In a sign the Hawaii Department of Land and Natural Resources calls "positive," the 150-year-old, block-spanning tree is sporting clusters of new leaves. After the terrible wildfire killed dozens of residents, and left many still missing, the survival of the historic Banyan tree was noted as possible after arborists surveyed the damage. The tree has been well cared for since.
Over 2200 buildings were destroyed by the fire, most of them homes. The costs to rebuild are estimated to top $5.5 billion. The State is still not done counting lives lost.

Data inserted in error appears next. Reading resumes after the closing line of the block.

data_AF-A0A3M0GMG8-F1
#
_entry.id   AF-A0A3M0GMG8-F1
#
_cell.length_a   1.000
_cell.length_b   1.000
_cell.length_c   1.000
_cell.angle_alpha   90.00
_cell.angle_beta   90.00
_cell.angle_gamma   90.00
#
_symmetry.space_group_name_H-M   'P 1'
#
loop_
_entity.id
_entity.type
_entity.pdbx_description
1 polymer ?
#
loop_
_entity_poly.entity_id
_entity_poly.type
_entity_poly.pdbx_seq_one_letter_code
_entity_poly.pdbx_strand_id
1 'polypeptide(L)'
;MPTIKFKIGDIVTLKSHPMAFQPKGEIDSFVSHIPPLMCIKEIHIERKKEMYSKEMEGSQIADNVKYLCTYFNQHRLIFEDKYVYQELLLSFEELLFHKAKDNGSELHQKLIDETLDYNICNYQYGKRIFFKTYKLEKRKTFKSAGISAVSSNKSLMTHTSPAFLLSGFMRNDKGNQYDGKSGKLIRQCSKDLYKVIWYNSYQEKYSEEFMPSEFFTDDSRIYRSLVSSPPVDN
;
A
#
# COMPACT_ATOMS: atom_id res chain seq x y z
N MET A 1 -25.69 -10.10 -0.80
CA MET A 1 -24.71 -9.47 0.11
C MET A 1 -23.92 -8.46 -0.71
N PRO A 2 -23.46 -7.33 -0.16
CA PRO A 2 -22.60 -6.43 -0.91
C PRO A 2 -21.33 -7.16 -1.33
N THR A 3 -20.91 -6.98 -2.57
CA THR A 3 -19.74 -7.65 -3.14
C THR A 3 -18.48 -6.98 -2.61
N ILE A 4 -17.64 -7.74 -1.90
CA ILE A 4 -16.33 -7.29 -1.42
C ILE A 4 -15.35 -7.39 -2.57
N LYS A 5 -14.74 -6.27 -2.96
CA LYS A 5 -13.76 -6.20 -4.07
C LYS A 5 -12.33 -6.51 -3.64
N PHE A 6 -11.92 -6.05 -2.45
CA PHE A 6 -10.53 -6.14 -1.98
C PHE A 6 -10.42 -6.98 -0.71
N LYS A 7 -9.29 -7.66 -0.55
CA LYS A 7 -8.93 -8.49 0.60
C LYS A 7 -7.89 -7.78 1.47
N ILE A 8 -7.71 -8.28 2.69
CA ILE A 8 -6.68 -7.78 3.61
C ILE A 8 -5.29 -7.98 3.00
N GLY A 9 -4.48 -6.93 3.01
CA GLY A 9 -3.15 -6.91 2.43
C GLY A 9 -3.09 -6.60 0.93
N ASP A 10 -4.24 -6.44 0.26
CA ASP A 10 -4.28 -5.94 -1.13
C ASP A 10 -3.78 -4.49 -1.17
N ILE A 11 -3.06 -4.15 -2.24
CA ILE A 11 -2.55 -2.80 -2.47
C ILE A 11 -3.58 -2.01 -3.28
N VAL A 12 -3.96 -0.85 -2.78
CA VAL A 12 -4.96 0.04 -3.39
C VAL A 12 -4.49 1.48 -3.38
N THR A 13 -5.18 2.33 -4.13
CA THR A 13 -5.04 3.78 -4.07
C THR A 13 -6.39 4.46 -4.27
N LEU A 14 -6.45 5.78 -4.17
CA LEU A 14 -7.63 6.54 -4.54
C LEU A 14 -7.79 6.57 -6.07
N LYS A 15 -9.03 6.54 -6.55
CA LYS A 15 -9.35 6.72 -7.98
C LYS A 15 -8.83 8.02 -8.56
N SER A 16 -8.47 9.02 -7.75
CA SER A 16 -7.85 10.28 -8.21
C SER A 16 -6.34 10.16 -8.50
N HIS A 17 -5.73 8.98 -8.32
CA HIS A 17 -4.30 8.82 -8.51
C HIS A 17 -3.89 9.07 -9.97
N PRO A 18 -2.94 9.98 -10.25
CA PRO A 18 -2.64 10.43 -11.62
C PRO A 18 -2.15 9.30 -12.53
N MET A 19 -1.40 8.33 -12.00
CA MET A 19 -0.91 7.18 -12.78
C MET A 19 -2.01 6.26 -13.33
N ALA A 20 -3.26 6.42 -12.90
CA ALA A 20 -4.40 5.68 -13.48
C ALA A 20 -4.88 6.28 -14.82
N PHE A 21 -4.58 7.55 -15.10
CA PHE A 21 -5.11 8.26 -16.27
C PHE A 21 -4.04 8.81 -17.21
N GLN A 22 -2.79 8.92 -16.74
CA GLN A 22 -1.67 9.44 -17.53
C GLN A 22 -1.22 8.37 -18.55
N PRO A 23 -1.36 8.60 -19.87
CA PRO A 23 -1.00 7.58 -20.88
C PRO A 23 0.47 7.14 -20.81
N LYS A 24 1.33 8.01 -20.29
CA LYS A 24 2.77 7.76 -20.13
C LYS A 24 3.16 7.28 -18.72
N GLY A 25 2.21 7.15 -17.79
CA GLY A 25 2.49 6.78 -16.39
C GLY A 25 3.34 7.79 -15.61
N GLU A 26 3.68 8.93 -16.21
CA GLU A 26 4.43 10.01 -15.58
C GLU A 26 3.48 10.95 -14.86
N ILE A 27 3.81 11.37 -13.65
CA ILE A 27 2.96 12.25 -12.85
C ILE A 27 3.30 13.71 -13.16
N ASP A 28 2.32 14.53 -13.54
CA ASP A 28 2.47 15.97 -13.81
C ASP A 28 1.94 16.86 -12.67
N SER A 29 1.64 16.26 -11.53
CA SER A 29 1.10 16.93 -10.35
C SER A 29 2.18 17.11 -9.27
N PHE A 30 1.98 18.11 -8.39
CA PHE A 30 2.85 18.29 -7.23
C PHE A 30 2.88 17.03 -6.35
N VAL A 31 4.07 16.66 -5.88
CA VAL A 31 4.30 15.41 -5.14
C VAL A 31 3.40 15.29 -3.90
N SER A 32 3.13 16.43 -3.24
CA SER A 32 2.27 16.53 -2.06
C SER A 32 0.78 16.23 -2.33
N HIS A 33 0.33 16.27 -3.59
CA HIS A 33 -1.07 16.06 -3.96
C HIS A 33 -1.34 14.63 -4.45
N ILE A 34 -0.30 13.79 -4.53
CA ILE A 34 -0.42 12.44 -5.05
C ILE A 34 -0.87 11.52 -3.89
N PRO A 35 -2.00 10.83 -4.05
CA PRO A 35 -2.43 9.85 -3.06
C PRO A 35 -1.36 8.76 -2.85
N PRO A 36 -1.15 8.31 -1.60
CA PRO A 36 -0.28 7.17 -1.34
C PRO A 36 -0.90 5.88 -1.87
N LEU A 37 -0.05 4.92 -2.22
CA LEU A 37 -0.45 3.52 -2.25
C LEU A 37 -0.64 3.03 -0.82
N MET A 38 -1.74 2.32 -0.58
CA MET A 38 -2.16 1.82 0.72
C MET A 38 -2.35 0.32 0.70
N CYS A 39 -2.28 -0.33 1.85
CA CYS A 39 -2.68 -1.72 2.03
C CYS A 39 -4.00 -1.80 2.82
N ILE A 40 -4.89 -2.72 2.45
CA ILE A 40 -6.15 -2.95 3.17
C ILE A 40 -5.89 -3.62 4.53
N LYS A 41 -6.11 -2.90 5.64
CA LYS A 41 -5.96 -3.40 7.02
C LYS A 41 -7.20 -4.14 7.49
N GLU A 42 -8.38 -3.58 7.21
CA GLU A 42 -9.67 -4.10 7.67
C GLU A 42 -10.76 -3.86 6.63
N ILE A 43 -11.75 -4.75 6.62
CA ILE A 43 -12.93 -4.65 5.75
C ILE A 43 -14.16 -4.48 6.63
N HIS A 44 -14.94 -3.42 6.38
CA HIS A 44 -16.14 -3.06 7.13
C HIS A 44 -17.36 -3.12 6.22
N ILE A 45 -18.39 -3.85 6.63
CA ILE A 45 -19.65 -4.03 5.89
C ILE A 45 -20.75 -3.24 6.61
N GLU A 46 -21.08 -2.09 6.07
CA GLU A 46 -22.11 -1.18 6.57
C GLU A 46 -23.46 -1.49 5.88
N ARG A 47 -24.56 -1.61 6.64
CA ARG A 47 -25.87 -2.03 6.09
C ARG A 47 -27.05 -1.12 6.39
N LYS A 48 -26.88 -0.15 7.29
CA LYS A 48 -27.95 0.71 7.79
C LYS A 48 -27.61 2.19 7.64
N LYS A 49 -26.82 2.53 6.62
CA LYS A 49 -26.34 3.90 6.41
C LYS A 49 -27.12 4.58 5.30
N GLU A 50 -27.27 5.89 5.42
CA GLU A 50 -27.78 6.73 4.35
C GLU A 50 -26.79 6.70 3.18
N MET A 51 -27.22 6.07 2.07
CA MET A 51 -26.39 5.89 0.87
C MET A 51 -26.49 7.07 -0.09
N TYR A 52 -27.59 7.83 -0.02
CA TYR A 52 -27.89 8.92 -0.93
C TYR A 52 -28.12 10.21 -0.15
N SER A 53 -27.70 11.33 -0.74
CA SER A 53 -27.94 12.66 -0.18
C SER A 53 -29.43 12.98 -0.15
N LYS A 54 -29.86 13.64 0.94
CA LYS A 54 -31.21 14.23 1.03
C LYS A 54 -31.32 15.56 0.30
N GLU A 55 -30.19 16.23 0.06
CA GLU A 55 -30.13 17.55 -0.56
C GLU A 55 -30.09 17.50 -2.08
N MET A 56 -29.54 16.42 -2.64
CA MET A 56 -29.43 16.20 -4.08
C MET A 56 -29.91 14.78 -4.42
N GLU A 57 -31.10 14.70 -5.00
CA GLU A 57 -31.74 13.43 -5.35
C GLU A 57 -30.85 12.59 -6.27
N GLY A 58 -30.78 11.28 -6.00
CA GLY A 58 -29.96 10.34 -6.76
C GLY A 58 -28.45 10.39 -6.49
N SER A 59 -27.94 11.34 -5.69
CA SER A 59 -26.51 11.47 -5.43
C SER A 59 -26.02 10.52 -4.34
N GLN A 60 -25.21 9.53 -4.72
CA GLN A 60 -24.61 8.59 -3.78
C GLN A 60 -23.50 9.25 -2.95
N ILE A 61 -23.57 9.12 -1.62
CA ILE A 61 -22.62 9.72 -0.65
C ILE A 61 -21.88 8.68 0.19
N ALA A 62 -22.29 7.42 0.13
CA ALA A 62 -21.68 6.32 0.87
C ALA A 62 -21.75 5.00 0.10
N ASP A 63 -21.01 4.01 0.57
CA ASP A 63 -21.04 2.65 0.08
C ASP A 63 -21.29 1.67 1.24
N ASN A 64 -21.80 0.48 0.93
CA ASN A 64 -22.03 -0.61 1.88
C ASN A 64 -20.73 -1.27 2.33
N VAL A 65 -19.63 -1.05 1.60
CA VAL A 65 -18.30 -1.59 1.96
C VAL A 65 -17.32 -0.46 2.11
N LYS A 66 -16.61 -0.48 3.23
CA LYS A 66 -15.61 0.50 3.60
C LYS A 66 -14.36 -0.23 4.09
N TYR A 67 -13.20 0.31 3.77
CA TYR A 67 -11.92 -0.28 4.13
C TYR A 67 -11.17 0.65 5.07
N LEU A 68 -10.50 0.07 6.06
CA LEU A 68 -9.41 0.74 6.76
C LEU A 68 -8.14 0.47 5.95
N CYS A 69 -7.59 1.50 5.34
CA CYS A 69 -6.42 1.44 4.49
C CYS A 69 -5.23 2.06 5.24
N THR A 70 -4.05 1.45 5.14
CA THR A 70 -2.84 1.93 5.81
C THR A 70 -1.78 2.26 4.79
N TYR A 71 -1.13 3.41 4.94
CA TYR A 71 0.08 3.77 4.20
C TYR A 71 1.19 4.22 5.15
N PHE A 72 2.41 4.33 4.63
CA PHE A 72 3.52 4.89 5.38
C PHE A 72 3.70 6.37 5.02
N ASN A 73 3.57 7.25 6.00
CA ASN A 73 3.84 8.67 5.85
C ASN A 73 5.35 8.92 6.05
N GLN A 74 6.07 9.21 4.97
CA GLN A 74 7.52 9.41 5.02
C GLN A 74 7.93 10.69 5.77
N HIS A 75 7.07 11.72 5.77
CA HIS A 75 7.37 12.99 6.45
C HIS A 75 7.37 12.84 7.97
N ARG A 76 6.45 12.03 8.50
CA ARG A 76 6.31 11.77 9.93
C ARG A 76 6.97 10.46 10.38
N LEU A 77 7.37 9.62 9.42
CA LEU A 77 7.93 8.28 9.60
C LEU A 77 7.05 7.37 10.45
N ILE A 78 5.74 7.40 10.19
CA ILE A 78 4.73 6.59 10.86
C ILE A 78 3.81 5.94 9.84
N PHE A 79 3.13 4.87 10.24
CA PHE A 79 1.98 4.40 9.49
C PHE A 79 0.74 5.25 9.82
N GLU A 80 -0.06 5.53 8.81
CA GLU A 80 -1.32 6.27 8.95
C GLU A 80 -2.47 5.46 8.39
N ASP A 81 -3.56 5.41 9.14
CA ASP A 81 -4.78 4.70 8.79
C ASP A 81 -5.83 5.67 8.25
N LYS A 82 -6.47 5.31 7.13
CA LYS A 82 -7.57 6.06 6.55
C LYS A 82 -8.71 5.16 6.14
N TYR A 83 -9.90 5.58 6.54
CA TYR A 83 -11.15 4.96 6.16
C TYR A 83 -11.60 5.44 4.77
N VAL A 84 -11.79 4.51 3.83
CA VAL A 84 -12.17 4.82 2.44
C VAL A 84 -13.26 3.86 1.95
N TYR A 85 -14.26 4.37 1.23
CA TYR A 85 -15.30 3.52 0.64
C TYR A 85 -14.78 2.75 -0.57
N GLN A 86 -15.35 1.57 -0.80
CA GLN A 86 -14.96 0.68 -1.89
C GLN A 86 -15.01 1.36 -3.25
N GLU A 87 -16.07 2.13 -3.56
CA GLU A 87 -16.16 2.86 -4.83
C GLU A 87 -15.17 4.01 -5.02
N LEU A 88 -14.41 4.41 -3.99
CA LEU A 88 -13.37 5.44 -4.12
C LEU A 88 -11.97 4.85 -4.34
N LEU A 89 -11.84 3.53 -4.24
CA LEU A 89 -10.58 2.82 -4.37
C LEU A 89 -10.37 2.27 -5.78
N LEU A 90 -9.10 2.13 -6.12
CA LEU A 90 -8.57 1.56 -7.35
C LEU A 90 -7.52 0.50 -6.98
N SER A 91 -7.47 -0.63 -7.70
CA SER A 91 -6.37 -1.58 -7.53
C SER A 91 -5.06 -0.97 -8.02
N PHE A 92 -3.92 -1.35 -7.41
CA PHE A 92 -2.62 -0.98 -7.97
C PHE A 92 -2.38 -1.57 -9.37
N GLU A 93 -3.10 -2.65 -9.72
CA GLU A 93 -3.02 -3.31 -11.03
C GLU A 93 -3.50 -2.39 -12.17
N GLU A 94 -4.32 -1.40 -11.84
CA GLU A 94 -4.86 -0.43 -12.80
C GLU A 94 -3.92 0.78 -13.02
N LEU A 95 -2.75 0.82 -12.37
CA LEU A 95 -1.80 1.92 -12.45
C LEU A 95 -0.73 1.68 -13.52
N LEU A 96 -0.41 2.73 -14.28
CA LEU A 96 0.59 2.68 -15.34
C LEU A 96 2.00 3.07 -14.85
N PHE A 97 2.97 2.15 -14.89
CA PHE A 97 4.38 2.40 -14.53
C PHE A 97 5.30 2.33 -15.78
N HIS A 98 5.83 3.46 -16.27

The 150-year-old, 60-foot-tall banyan tree that was burned during the Maui wildfires in Lahaina last month has begun to sprout new green leaves. The flames destroyed entire neighborhoods, killed at least 97 people, and left 31 still missing and unidentified, according to Hawaii Gov. Josh Green. At the time, Sen. Mazie Hirono (D-HI) said the tree was "just about the only thing left" standing and gave the town hope. Just days after the fires, the Honolulu Star-Advertiser talked to expert Steve Nimz, who "found no significant signs of singeing, charring, or cracking on the main trunk or most of its more than 40 aerial roots." On Monday, Maui's Department of Land and Natural Resources shared a clip on Instagram revealing new leaves. Local arborists had been working to aid in the banyan tree's recovery, caring for its soil and giving it nutrient-rich "tree-loving soup."